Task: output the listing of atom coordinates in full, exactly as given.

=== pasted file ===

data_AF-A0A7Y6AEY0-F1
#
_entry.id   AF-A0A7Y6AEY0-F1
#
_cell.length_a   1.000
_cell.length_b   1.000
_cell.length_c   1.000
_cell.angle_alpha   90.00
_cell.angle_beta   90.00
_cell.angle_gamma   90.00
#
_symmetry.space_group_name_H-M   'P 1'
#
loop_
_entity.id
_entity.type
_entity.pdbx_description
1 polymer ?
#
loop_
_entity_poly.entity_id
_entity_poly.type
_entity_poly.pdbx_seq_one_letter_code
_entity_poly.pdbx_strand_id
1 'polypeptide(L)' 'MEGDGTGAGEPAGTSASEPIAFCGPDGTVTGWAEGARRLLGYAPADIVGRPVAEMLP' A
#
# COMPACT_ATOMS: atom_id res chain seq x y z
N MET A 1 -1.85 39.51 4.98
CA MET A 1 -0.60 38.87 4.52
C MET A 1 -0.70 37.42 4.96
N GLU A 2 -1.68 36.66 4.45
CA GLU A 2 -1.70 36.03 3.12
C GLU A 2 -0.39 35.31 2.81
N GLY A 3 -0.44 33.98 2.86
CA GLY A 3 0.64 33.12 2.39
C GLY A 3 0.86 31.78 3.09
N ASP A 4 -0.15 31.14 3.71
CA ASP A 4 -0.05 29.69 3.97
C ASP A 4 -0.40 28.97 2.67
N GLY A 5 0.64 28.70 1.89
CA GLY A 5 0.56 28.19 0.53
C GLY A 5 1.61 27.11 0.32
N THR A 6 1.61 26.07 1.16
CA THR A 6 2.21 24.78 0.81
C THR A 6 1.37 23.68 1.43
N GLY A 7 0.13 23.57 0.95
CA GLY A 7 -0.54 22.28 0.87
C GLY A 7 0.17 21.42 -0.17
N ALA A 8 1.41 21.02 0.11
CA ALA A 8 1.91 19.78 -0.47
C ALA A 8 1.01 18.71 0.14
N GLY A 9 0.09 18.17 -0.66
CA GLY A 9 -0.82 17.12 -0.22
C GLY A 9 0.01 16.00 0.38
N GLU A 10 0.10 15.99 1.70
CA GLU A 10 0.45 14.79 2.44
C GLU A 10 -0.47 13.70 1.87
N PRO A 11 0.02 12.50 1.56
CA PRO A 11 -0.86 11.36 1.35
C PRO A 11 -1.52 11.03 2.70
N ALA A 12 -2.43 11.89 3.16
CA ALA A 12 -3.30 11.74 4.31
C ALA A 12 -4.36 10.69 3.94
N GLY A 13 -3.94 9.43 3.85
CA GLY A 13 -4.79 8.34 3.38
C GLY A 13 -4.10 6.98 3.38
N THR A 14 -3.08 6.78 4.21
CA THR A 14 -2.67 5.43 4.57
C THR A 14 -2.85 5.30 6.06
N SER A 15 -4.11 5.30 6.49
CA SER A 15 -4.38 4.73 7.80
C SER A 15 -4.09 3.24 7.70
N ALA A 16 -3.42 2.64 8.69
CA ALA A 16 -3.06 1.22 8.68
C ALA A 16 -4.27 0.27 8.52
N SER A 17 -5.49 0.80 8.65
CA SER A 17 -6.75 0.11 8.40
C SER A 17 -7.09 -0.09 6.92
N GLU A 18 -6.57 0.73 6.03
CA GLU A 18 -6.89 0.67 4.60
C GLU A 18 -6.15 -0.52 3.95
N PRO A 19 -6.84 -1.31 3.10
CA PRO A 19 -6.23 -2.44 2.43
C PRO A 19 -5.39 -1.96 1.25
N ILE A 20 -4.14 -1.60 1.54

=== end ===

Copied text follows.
data_AF-A0A7Y6AEY0-F1
#
_entry.id   AF-A0A7Y6AEY0-F1
#
_cell.length_a   1.000
_cell.length_b   1.000
_cell.length_c   1.000
_cell.angle_alpha   90.00
_cell.angle_beta   90.00
_cell.angle_gamma   90.00
#
_symmetry.space_group_name_H-M   'P 1'
#
loop_
_entity.id
_entity.type
_entity.pdbx_description
1 polymer ?
#
loop_
_entity_poly.entity_id
_entity_poly.type
_entity_poly.pdbx_seq_one_letter_code
_entity_poly.pdbx_strand_id
1 'polypeptide(L)' 'MEGDGTGAGEPAGTSASEPIAFCGPDGTVTGWAEGARRLLGYAPADIVGRPVAEMLP' A
#
# COMPACT_ATOMS: atom_id res chain seq x y z
N MET A 1 -1.85 39.51 4.98
CA MET A 1 -0.60 38.87 4.52
C MET A 1 -0.70 37.42 4.96
N GLU A 2 -1.68 36.66 4.45
CA GLU A 2 -1.70 36.03 3.12
C GLU A 2 -0.39 35.31 2.81
N GLY A 3 -0.44 33.98 2.86
CA GLY A 3 0.64 33.12 2.39
C GLY A 3 0.86 31.78 3.09
N ASP A 4 -0.15 31.14 3.71
CA ASP A 4 -0.05 29.69 3.97
C ASP A 4 -0.40 28.97 2.67
N GLY A 5 0.64 28.70 1.89
CA GLY A 5 0.56 28.19 0.53
C GLY A 5 1.61 27.11 0.32
N THR A 6 1.61 26.07 1.16
CA THR A 6 2.21 24.78 0.81
C THR A 6 1.37 23.68 1.43
N GLY A 7 0.13 23.57 0.95
CA GLY A 7 -0.54 22.28 0.87
C GLY A 7 0.17 21.42 -0.17
N ALA A 8 1.41 21.02 0.11
CA ALA A 8 1.91 19.78 -0.47
C ALA A 8 1.01 18.71 0.14
N GLY A 9 0.09 18.17 -0.66
CA GLY A 9 -0.82 17.12 -0.22
C GLY A 9 0.01 16.00 0.38
N GLU A 10 0.10 15.99 1.70
CA GLU A 10 0.45 14.79 2.44
C GLU A 10 -0.47 13.70 1.87
N PRO A 11 0.02 12.50 1.56
CA PRO A 11 -0.86 11.36 1.35
C PRO A 11 -1.52 11.03 2.70
N ALA A 12 -2.43 11.89 3.16
CA ALA A 12 -3.30 11.74 4.31
C ALA A 12 -4.36 10.69 3.94
N GLY A 13 -3.94 9.43 3.85
CA GLY A 13 -4.79 8.34 3.38
C GLY A 13 -4.10 6.98 3.38
N THR A 14 -3.08 6.78 4.21
CA THR A 14 -2.67 5.43 4.57
C THR A 14 -2.85 5.30 6.06
N SER A 15 -4.11 5.30 6.49
CA SER A 15 -4.38 4.73 7.80
C SER A 15 -4.09 3.24 7.70
N ALA A 16 -3.42 2.64 8.69
CA ALA A 16 -3.06 1.22 8.68
C ALA A 16 -4.27 0.27 8.52
N SER A 17 -5.49 0.80 8.65
CA SER A 17 -6.75 0.11 8.40
C SER A 17 -7.09 -0.09 6.92
N GLU A 18 -6.57 0.73 6.03
CA GLU A 18 -6.89 0.67 4.60
C GLU A 18 -6.15 -0.52 3.95
N PRO A 19 -6.84 -1.31 3.10
CA PRO A 19 -6.23 -2.44 2.43
C PRO A 19 -5.39 -1.96 1.25
N ILE A 20 -4.14 -1.60 1.54